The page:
Thursday, June 30, 2005

BJJ Move #25: Major Hip Throw (several variations)

Now that I've described how to get thrown, I'll describe the most basic throw.

WARNING! These techniques could result in serious injury or death if practiced incorrectly or even if performed correctly. They should only be practiced with the supervision of an experienced instructor.

Major Hip Throw (O Goshi, hip toss), several variations:


Standard grip: The standard grip on an opponent wearing a gi (that heavy cotton jacket and pants combo judo and jujitsu people train in) is just like the collar-and-elbow grip, but instead of grabbing behind your opponent's neck with your right hand, you grab his left collar high on his chest, and instead of grabbing his right elbow / triceps with your left hand, you grab his left sleeve just above the elbow.

The throw step:
Many judo-style throws start with this standard entry.
Start with your left foot forward and the regular grip.
Step forward with your right foot so it is directly in front of your left foot and about six inches in front of it.
Now pivot counterclockwise on your right foot while bringing your left back so your back faces him.
Your feet should be parallel to each other, about shoulder width apart.
Your knees should be deeply bent, and your legs should not be bowed out or in.
You should not be bent over very much at the waist.
Your hip / lower back must be close to his body, and you should have pulled his belly flush to your back with your arms.

Major hip throw (gi version):
From a standard grip, break your opponent’s balance to his front.
Switch your right hand to grab around his waist, step in and throw him over your right hip.
Standard foot entry, keep your feet close together so your hips can rise up underneath his hips (if they’re too far apart, you won’t come up high enough to elevate him).
You want your hip to actually go a little bit past your opponent’s hips instead of staying perfectly square.
Note that it is very difficult to get this deep into someone's defenses when he can hold you off with grips your gi jacket--it's a much easier throw to accomplish while wearing no gi.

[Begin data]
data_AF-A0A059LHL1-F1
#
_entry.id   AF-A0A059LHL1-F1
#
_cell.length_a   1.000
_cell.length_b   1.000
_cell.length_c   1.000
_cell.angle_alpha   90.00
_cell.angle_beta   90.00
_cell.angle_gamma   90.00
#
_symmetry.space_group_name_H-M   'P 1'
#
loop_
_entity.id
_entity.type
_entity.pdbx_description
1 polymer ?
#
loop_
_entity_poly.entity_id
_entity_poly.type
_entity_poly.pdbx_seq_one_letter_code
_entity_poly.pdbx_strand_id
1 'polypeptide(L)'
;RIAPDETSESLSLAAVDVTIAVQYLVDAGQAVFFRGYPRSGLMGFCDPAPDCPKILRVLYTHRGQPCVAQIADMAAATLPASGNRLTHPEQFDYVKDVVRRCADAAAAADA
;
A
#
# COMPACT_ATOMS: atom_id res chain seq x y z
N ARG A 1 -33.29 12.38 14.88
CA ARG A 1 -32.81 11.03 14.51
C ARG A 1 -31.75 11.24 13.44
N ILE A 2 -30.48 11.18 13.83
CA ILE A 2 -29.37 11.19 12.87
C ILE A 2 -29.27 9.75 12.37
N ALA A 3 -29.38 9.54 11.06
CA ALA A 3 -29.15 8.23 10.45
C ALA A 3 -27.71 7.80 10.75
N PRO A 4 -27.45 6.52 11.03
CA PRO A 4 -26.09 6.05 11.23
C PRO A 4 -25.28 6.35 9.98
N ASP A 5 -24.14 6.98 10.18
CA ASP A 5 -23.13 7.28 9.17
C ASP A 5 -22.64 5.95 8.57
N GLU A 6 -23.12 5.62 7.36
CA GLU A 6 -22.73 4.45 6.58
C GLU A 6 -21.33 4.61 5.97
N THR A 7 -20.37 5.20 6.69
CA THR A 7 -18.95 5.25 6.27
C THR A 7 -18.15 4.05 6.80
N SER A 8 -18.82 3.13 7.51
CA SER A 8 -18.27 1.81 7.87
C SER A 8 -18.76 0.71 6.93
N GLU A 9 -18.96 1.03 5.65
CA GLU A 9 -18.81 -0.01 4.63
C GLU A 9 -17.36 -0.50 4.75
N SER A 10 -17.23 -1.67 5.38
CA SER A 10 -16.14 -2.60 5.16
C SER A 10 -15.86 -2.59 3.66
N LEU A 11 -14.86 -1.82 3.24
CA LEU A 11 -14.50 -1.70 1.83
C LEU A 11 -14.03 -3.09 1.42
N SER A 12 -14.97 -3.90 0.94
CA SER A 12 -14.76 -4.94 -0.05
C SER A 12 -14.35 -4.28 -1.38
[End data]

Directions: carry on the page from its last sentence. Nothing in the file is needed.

With your left arm, grab your opponent’s right tricep and pull his forearm into your left armpit.
Step around with your right foot to the outside of his left foot so your hips are tight to his and perpendicular to them (forming a “t”).
Put your right arm around his waist.
Keep your head tucked near his left shoulder or your right cheek against his chest. Keeping tight protects you against being thrown by your head or hit.
Now step your right foot in front of his feet so your feet are right in front of his feet, facing the same direction.
Push your hips across and in front of his hips (just a little lower than his, and just a little past them to the right to keep him from sliding around them).
Bend over at your waist, straighten your legs, pull with your right arm around your opponent’s waist and with your left hand on his right arm to toss him over your hip. Your shoulders will rotate counterclockwise. This move has a lot of mechanical efficiency and should feel very easy.
You can armlock from here— keeping hold of his right wrist in your left armpit, put your right knee into his ribs, t-stack your arms over his right elbow and apply an armlock.

Hip throw and armlock vs. Cross:
You and your opponent are both in right-handed (left-foot-forward) stance.
Your opponent throws a right cross.
Block by raising your 85% bent left arm to cover your entire left side of face/head (“covering block”) while stepping forward with your left foot. His right arm should lie across your left arm.
Now trap his punching (right) arm in your left armpit (overhook) and lean your head over his right shoulder (so he can’t hit your face with his left).
Get an underhook under his left armpit with your right hand (an overhook will let him get your back).
Now step across with your right foot, loosen your left arm and grab hard just above his elbow with your left hand and hip throw him.
When he lands, arm bar or “t-stack” armbar (as above).

Hip throw and armlock vs. Overhand Right / Haymaker:
As above, but opponent throws an overhand right or a haymaker.
Instead of the block above, step strongly forward and shoot your left hand and arm straight forward and upward, shrugging your shoulder and trying to lie your arm across his right shoulder/bicep.
Continue to hip throw as above.

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